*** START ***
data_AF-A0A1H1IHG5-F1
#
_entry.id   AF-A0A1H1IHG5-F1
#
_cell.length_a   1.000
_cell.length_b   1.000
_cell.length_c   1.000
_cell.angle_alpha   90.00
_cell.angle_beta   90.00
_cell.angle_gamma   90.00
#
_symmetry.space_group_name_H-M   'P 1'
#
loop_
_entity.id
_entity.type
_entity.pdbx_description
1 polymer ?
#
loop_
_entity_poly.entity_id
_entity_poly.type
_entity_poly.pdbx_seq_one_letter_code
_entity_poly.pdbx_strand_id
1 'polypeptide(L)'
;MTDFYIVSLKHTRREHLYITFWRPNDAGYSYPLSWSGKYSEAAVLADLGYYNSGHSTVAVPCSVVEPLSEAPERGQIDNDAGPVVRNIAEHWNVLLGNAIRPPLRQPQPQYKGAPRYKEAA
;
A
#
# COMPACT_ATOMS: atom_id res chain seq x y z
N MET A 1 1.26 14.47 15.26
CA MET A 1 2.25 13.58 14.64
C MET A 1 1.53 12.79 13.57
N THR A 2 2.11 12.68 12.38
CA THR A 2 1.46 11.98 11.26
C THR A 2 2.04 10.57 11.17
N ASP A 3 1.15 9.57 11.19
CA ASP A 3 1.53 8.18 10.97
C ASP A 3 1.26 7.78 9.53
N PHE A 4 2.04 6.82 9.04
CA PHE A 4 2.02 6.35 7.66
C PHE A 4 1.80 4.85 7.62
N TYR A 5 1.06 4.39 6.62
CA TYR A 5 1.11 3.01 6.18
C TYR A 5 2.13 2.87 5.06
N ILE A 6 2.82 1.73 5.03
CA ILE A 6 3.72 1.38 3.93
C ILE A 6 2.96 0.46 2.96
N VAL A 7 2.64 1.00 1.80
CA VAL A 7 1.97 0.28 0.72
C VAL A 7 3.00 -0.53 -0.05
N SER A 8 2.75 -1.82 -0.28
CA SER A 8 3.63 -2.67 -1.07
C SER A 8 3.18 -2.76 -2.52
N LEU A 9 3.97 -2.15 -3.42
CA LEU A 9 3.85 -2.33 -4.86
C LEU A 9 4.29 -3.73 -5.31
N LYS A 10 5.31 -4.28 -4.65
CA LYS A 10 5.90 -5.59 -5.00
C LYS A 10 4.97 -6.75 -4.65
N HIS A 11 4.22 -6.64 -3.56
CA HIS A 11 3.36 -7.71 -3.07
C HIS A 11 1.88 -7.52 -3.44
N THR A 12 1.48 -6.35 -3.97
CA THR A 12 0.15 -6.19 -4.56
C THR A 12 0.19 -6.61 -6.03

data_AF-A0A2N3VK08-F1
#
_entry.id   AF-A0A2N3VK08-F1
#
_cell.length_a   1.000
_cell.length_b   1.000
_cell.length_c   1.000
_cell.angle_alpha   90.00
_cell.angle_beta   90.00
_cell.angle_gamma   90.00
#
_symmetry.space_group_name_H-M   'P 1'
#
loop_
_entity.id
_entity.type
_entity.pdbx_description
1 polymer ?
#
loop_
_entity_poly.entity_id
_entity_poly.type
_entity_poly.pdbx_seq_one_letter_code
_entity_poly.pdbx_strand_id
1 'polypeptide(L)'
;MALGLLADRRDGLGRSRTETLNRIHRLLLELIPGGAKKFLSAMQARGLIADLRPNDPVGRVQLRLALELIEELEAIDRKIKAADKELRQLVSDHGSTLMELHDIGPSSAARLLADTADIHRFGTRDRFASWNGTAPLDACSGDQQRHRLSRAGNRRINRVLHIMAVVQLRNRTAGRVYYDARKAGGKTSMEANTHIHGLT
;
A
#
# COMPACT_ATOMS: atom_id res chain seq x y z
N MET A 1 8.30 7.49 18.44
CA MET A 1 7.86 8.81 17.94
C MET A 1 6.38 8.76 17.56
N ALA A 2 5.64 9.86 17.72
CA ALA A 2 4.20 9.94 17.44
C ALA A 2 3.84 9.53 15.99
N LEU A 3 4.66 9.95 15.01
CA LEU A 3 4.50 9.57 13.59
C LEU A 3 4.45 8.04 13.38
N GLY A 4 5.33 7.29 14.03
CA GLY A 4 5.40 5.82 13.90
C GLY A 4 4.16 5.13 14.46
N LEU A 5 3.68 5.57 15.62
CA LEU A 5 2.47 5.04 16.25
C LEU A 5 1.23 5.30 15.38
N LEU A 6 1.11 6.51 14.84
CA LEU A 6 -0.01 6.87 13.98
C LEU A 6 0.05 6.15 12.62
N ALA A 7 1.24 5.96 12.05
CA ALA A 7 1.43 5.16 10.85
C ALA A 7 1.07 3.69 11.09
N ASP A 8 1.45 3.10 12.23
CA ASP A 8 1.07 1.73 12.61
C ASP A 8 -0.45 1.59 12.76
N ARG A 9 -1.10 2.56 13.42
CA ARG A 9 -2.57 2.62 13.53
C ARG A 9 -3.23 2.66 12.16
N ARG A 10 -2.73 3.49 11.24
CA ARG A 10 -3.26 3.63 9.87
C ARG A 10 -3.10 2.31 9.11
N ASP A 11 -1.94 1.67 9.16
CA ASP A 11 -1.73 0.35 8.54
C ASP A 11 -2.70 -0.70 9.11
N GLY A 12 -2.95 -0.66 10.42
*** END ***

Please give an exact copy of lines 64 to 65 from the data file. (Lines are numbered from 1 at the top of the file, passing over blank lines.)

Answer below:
N THR A 12 1.48 -6.35 -3.97
CA THR A 12 0.15 -6.19 -4.56